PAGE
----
Assessment of Precision Irradiation in Early NSCLC and Interstitial Lung Disease

Official Title

Assessment of Precision Irradiation in Early NSCLC and Interstitial Lung Disease (ASPIRE-ILD): A Phase II Trial


This is a prospective phase II study of Stereotactic Ablative Radiation Therapy (SABR) in patients with Non-Small Cell Lung Cancer (NSCLC) and co-existent Interstitial Lung Disease (ILD), to determine oncologic and toxicity outcomes. Patients will be divided into 3 separate cohorts based on the ILD-GAP index.

Trial Description

Primary Outcome:

  • Overall Survival
Secondary Outcome:
  • Toxicity as measured by the Common Terminology Criteria for Adverse Events (CTCAE) version 4.0
  • Progression-Free Survival
  • Local Control as determined via radiographic evidence
  • Cough Severity as reported by the participant via 10 cm analogue Cough Severity Scale
  • Rates of Acute-Exacerbation of Idiopathic Pulmonary Fibrosis (IPF)
  • Rates of Acute-Exacerbation of ILD
  • Quality of Life measured by the Functional Assessment of Cancer Therapy - Lung questionnaire
  • Changes in ILD Severity measured by High Resolution Computed Tomography (HRCT)
  • Changes in Pulmonary Function Tests
  • Exploratory Quantitative Analysis of High Resolution Computed Tomography (HRCT) Features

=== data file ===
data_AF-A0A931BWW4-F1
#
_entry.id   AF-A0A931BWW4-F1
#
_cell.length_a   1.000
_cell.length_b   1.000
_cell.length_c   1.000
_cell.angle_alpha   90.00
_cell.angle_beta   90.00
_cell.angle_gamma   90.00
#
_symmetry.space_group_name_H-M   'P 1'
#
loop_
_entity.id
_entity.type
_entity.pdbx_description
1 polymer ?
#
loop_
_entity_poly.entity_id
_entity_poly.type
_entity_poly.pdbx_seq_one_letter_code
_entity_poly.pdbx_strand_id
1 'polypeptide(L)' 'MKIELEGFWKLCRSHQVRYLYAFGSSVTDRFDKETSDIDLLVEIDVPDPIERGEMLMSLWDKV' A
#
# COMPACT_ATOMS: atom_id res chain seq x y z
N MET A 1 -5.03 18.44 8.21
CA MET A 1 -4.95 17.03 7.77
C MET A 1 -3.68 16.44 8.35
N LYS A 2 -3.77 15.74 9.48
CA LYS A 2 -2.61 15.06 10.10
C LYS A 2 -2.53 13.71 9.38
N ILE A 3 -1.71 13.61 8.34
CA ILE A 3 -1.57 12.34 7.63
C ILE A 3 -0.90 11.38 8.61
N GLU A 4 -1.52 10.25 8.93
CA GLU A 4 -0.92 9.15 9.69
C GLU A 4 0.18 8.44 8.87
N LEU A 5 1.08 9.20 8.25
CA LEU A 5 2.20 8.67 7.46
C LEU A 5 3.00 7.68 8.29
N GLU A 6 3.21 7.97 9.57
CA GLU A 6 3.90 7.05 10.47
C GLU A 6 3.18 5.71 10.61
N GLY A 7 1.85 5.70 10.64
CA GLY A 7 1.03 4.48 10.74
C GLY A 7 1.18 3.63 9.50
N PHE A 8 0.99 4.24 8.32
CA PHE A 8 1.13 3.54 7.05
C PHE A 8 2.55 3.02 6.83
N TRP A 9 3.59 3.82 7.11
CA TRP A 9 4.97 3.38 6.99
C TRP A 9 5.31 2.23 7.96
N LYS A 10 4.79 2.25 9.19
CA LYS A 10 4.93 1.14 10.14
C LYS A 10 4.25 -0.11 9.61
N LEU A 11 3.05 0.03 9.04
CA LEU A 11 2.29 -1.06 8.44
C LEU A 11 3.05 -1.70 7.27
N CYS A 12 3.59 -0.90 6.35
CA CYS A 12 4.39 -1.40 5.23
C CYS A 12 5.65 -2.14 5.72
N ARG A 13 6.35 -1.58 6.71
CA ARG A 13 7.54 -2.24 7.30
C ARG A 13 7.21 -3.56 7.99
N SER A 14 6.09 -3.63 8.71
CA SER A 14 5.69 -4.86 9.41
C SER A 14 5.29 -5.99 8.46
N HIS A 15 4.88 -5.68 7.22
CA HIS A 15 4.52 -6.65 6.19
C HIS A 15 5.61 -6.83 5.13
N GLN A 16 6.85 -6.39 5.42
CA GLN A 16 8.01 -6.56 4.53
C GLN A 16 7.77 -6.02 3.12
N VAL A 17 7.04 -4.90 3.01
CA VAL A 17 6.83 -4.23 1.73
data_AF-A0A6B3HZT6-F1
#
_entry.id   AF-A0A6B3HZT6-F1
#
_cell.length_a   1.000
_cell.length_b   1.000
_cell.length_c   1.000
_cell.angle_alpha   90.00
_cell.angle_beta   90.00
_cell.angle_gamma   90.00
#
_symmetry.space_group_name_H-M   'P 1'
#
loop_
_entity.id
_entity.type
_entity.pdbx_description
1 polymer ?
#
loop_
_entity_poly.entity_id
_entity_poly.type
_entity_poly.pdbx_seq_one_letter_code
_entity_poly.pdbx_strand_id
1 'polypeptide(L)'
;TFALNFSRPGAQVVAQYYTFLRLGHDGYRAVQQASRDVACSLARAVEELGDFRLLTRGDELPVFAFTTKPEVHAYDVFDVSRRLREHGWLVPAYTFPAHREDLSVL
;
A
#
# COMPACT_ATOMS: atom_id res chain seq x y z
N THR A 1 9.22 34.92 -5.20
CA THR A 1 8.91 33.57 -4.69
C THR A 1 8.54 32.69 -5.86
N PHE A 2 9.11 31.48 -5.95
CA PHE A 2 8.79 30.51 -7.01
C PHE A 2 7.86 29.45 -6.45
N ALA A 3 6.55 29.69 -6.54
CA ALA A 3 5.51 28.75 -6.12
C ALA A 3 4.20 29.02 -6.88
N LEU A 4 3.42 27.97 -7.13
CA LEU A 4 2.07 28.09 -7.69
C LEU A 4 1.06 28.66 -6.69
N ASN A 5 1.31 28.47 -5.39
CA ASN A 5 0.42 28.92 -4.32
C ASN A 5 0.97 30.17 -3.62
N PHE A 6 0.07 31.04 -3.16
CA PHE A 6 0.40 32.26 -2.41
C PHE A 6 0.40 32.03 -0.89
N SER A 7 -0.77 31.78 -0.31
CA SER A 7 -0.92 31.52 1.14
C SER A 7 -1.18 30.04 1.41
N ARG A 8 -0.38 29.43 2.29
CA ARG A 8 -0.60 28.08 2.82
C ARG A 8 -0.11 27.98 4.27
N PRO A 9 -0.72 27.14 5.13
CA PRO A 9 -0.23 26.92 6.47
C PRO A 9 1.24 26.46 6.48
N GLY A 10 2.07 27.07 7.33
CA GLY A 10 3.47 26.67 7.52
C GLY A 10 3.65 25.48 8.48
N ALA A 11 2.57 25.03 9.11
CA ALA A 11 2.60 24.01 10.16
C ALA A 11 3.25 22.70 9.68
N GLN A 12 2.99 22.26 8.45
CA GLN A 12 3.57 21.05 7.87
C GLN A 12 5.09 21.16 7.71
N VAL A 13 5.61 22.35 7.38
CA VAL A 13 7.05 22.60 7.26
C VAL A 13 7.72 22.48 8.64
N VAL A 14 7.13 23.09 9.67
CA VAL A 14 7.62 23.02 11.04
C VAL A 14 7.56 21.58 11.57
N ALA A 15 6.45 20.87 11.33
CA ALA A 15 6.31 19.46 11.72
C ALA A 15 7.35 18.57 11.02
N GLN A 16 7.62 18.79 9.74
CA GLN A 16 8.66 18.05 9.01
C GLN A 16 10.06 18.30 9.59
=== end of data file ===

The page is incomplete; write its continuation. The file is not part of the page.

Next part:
• Analysis of Outcomes for Patients Eligible for Study Who Decline Radiation Therapy
  • Quality of Life measured by the EuroQOL Group EQ-5D-5L questionnaire
For patients with ILD and concurrent early-stage lung cancer who are not candidates for surgery, data showing high rates of toxicity have led to a difficult clinical dilemma, since there are few alternate treatment options. The option of delivering no treatment whatsoever, which avoids any risk of treatment-related toxicity, is associated with a high risk of death due to the lung cancer itself.

Stereotactic ablative radiation therapy (SABR) is a newer radiation therapy approach which uses modern radiation therapy planning and targeting technologies to precisely deliver larger, ablative doses of radiation therapy. SABR has been associated with high rates of local control. A major advantage of SABR is that in general, the toxicity profile is very favourable, even in patients with substantial co-morbid conditions.

It is possible that currently-used doses and fractionations of SABR, when given with strict planning criteria to minimize the risk of lung toxicity, have only a modest risk of treatment-related toxicity and represent the best possible approach.

This study will examine SABR versus a historical control of untreated stage I non-small cell lung cancer with Overall survival (OS) as the endpoint. OS was selected as it objectively reflects the potential benefits of treatment (i.e. extended survival), the harms of treatment (grade 5 toxicity), and the natural history of the ILD disease process itself.

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Canadian Cancer Society

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